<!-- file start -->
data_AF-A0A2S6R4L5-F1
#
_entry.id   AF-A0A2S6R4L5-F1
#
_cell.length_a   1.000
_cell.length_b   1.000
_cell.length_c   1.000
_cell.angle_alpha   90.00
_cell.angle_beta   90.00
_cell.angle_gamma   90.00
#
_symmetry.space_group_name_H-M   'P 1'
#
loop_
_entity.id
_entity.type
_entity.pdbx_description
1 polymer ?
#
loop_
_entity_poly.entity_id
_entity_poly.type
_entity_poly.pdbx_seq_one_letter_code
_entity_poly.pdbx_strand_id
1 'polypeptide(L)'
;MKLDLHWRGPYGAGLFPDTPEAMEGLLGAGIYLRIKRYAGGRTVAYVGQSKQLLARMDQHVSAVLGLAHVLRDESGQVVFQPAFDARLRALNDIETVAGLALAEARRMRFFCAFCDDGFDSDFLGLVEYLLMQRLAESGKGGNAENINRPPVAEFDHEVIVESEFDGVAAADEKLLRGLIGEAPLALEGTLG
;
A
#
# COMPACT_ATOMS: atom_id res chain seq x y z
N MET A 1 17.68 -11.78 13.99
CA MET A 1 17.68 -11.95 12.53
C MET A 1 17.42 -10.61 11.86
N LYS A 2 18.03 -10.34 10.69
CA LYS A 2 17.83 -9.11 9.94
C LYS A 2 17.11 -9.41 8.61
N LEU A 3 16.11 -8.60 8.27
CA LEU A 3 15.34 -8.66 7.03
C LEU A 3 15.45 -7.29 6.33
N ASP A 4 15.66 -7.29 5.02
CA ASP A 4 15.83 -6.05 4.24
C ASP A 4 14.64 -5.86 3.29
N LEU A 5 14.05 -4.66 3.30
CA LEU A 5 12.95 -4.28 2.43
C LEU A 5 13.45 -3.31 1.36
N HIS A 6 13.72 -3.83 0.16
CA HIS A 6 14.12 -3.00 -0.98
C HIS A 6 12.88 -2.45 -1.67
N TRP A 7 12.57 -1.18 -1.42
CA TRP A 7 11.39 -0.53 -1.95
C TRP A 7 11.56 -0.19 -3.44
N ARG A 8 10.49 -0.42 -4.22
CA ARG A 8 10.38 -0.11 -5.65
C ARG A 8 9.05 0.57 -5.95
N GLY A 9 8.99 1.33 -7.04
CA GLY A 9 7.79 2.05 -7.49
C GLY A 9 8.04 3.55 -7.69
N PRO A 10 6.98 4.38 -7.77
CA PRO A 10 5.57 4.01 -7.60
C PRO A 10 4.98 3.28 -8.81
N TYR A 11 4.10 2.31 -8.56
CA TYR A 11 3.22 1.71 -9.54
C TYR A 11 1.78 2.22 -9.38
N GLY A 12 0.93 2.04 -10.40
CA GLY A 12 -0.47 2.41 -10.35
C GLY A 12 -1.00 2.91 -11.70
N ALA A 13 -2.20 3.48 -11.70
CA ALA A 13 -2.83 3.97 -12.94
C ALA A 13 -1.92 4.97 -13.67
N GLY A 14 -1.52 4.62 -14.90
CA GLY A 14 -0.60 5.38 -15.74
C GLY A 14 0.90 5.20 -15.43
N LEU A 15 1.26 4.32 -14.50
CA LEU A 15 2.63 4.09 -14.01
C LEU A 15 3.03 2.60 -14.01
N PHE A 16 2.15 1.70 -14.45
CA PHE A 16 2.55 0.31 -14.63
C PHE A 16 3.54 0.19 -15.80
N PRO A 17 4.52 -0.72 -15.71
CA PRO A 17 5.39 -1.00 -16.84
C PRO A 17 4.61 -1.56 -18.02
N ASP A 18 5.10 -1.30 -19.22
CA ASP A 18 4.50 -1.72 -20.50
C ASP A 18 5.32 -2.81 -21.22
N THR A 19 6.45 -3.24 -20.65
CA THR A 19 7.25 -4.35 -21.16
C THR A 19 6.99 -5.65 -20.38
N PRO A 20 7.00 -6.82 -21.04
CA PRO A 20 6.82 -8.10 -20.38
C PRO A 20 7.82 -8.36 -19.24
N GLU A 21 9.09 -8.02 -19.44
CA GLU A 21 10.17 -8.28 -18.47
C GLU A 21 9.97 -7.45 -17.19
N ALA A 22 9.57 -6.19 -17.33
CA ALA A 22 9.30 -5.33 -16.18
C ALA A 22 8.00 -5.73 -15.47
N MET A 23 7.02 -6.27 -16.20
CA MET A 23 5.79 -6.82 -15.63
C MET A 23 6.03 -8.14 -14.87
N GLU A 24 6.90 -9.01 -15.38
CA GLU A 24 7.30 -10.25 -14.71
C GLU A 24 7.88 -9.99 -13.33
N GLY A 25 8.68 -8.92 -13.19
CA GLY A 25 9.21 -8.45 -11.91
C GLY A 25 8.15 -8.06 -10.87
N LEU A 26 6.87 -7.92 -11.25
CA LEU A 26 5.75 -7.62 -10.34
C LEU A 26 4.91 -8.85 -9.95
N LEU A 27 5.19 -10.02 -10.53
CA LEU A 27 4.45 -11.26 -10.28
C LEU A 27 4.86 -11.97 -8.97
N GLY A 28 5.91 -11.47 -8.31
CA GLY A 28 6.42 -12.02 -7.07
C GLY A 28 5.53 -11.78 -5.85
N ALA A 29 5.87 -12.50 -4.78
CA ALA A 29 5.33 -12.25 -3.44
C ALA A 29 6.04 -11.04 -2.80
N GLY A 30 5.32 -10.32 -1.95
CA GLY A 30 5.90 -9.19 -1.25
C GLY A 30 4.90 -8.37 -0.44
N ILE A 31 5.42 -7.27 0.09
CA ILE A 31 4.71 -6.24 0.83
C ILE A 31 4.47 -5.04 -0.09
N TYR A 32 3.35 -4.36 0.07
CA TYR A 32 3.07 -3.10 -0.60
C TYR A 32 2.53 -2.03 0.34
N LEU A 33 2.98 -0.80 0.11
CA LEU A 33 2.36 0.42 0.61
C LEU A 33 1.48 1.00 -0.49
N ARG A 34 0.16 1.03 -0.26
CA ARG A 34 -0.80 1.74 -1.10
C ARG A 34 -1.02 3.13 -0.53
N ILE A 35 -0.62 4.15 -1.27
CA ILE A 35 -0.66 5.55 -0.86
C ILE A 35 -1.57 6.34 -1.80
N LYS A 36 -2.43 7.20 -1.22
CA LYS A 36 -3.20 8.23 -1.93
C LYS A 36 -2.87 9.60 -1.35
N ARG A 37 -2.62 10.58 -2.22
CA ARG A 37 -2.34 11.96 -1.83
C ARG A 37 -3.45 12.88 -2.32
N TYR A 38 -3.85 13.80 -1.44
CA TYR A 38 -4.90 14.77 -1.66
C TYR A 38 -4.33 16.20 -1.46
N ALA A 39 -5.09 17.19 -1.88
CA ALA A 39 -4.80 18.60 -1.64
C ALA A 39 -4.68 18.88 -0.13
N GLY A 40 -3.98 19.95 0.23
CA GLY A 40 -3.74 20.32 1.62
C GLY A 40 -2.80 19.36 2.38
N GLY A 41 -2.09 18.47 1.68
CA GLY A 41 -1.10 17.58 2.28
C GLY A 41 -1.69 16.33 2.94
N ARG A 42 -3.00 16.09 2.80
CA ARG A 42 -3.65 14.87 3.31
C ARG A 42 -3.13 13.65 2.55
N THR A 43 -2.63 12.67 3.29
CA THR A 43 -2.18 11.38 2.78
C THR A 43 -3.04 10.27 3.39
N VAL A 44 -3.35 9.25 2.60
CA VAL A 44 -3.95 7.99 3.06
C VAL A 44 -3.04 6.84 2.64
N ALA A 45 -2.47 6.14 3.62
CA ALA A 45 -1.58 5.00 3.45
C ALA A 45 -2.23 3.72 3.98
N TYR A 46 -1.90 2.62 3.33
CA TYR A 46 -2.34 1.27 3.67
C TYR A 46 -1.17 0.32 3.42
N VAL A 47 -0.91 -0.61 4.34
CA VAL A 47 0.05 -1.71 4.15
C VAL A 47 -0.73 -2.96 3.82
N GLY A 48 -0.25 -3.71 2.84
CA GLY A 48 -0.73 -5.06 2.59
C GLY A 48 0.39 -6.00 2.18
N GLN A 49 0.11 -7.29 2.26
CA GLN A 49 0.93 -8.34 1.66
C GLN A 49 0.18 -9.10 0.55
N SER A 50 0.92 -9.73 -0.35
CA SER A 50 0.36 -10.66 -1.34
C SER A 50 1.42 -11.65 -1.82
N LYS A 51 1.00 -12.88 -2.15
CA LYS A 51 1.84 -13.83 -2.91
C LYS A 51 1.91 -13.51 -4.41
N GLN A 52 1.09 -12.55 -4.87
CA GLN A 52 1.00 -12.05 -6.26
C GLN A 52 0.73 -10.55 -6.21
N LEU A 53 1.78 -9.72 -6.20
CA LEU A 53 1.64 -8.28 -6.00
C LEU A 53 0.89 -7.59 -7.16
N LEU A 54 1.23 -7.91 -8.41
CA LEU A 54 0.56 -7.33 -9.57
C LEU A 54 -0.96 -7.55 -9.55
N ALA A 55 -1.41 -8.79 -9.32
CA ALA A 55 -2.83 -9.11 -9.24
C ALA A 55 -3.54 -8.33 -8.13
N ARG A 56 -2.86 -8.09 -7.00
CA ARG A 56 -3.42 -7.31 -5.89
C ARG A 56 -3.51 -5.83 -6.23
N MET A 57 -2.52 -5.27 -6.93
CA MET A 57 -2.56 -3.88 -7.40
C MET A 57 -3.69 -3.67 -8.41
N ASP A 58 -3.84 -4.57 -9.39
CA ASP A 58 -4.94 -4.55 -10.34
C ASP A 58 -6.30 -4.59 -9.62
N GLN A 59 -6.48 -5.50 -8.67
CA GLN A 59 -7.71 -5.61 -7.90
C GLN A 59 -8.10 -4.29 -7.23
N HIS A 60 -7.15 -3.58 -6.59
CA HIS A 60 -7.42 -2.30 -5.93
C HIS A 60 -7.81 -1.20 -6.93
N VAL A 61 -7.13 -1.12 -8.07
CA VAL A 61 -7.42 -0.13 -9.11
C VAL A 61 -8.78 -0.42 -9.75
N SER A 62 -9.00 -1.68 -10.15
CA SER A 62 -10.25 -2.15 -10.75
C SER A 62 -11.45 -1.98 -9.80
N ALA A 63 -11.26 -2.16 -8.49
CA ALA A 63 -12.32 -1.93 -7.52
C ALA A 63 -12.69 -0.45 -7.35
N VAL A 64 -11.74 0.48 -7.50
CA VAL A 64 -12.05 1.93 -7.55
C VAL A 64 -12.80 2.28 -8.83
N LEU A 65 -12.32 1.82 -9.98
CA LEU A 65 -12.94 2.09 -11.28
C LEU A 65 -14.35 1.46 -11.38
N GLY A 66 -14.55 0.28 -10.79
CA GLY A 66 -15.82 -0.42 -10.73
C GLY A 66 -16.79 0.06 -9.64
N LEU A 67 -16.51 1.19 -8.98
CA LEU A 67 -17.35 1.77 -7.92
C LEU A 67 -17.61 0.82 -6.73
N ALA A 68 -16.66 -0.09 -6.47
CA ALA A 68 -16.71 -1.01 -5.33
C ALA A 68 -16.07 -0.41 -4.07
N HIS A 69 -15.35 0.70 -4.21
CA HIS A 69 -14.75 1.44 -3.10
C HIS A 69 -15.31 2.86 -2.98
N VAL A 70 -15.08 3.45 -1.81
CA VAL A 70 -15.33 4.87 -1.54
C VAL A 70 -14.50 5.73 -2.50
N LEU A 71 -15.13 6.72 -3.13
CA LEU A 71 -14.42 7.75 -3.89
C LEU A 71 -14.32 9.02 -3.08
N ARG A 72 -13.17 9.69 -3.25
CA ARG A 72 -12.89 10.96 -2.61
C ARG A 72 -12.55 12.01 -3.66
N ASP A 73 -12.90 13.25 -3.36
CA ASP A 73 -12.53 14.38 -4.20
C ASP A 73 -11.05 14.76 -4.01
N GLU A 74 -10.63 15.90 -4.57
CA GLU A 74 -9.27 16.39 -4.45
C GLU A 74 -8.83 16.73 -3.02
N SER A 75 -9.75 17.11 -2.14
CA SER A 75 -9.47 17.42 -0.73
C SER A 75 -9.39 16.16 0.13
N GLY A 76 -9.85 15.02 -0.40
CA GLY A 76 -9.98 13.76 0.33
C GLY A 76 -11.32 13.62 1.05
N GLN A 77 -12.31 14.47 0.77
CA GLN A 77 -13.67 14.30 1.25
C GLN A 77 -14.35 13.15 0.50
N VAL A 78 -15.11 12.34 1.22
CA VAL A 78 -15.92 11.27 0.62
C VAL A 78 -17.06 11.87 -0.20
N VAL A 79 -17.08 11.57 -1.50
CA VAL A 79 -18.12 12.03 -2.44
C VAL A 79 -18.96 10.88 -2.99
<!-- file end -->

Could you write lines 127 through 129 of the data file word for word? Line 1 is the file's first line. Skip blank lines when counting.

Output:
N LEU A 33 2.98 -0.80 0.11
CA LEU A 33 2.36 0.42 0.61
C LEU A 33 1.48 1.00 -0.49